Prenuptial agreements are among the more misunderstood tools that are area available to those who are planning to marry. The popular perception is that “prenups” are used by brides and grooms or same-sex couples who are unsure of each other, and therefore want to protect themselves if their worst fears about their future partners become a reality.
But prenuptial agreements, also known as premarital agreements, have a much more straightforward purpose: to address issues that are important to the couple, and where the application of general California law might not be in the couple’s best interests.
Thus, for example, if a house would normally be treated as the couple’s community property, a premarital agreement is the best way to ensure that the house remains one person’s separate property. Prenuptial agreements can also simplify matters where one of the partners owns or has a large financial interest in a private business. They can also be used to address issues such as spousal support (add hyperlink), or a whole host of other issues where a customized legal solution makes sense for the couple.
Prenuptial agreements can be an extremely useful way to save time and money when:
- There is a large disparity of income and assets between the bride and groom;
- There are children from a prior relationship; and
- Either the bride or groom is coming to the marriage with significant business interests.
For more than ten years, we have drafted prenuptial agreements that have greatly benefited our clients:
- Protecting you when the marriage doesn’t last. – Prior to his marriage, our client was a surgeon with an annual income exceeding $1 million. We drafted a prenuptial agreement, which was signed by his fiancée, who had just relocated to California. Unfortunately, the couple was married for less than one year before filing for divorce. Without the prenuptial agreement in place, our client would have likely paid more than $500,000, which is what his now ex-wife sought had been seeking. With our help, the husband instead paid approximately $30,000 with no future spousal support.
- Protecting children from a prior marriage. Our client was retired and had children from a prior marriage. He wanted to make sure that his children would be taken care of in the event something happened to him. The prenuptial agreement therefore provided that, in the event he died for his wife, she would get a certain amount, with the balance going to his kids. The couple also agreed to limit spousal support. Thus the prenuptial agreement was an estate planning tool that allowed the couple to determine in advance how their funds would be distributed in the event that our client did first. Without the agreement there would be uncertainty about what she his wife and children were entitled to. None of this has come to pass, as the couple is happily married.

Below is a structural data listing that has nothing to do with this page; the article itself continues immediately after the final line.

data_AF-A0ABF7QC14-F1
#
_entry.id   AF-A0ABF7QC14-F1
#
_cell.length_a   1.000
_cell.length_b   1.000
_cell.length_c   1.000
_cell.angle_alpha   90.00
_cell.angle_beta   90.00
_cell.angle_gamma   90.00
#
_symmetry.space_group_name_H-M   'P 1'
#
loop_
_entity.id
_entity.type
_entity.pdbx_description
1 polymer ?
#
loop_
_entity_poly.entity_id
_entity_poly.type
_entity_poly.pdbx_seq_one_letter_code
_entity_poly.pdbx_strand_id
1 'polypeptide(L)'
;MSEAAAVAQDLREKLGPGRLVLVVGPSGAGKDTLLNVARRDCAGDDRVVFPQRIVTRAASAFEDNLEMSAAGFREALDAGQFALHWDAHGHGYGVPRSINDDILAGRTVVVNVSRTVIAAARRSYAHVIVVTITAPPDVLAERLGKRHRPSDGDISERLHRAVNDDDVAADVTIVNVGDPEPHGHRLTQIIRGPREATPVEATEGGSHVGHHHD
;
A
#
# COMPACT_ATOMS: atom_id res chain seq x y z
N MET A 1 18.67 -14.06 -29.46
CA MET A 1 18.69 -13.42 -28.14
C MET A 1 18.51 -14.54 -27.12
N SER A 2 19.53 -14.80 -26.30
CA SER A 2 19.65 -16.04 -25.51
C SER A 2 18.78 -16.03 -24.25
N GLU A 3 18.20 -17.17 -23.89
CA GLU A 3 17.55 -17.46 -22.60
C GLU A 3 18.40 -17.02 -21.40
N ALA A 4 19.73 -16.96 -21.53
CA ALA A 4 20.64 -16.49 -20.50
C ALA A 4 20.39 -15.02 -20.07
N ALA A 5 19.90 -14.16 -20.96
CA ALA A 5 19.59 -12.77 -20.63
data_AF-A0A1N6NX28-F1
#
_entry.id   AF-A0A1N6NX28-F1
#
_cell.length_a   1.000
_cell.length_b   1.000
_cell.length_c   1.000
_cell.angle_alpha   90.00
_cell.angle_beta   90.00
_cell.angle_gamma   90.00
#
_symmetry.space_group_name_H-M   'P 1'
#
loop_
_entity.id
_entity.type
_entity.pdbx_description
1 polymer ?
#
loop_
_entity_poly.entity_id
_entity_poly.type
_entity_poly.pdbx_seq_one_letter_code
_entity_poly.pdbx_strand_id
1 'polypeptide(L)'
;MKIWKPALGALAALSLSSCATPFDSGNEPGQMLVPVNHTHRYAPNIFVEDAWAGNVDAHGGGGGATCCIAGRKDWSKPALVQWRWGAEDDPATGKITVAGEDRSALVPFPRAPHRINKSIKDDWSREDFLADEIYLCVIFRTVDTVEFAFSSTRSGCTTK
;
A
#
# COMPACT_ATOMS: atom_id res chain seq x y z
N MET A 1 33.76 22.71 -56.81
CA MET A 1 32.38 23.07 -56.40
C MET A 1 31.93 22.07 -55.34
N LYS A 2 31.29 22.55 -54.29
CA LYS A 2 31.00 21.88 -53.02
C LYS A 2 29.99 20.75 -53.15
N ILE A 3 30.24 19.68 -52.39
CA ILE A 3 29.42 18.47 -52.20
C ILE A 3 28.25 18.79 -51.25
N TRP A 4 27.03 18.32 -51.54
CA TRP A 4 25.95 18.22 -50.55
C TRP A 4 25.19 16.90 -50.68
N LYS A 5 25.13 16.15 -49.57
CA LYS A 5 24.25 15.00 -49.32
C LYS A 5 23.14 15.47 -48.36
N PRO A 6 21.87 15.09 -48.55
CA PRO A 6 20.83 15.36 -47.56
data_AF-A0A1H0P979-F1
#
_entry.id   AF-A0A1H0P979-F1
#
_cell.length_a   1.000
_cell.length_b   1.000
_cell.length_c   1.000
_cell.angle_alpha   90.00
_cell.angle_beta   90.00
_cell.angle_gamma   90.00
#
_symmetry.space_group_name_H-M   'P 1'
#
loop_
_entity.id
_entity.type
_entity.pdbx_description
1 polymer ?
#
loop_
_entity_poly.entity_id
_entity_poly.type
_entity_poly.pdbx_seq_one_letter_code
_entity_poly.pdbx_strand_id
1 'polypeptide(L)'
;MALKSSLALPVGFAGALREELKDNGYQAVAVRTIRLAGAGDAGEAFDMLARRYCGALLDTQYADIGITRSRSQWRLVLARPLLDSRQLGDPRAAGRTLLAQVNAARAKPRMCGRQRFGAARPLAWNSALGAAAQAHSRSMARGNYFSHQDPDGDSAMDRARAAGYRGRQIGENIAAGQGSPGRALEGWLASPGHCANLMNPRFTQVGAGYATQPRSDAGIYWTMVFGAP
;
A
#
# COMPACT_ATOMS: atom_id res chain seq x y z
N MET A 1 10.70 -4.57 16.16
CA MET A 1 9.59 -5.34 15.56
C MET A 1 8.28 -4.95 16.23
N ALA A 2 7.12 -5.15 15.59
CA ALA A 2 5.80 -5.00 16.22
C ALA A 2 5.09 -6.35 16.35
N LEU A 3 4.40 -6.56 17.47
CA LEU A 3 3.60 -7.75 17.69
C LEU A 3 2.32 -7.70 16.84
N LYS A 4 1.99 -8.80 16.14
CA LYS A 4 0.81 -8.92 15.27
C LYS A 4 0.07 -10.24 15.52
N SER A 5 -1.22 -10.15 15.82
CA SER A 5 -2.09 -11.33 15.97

- Protecting A Family-Owned Business. Our client owned a business with members of his family. He had never been married before and had no children. His bride had previously married and had children from that marriage. The prenuptial agreement helped ensure that each of them got was most important to them financially. The agreement provided that she gave up any interest in his family business. She did, however, receive a financial interest in his primary residence. Without the agreement, she would have been presumptively entitled to a share of the earning generated by the business during the marriage, but the residence would have remained his separate property. The agreement allowed them to find a customized solution.
- Protecting An Inheritance. Our client came from an affluent family. Her groom owned a business that was successful, but significantly less so than the business her family owned. The prenuptial agreements provided for the waiver of spousal support and permitted the bride and groom to keep their businesses separate.
- Getting A Second Opinion. Our client is a lawyer at a prominent law firm. Her groom is also a lawyer. Both were in their early to mid 30s and wanted to keep their finances separate after they got married. They agreed to waive spousal support and she retained us to make sure that the Prenuptial Agreement that was drafted by another lawyer accomplished her objectives. We reviewed the Agreement to make sure it was substantively and procedurally sound. Specifically, we helped ensure that they complied with the rue that requires the bride and groom to have at least seven days to review the Agreement.
If you have any questions about whether a prenuptial agreement is right for you, please contact us at 310.288.1990.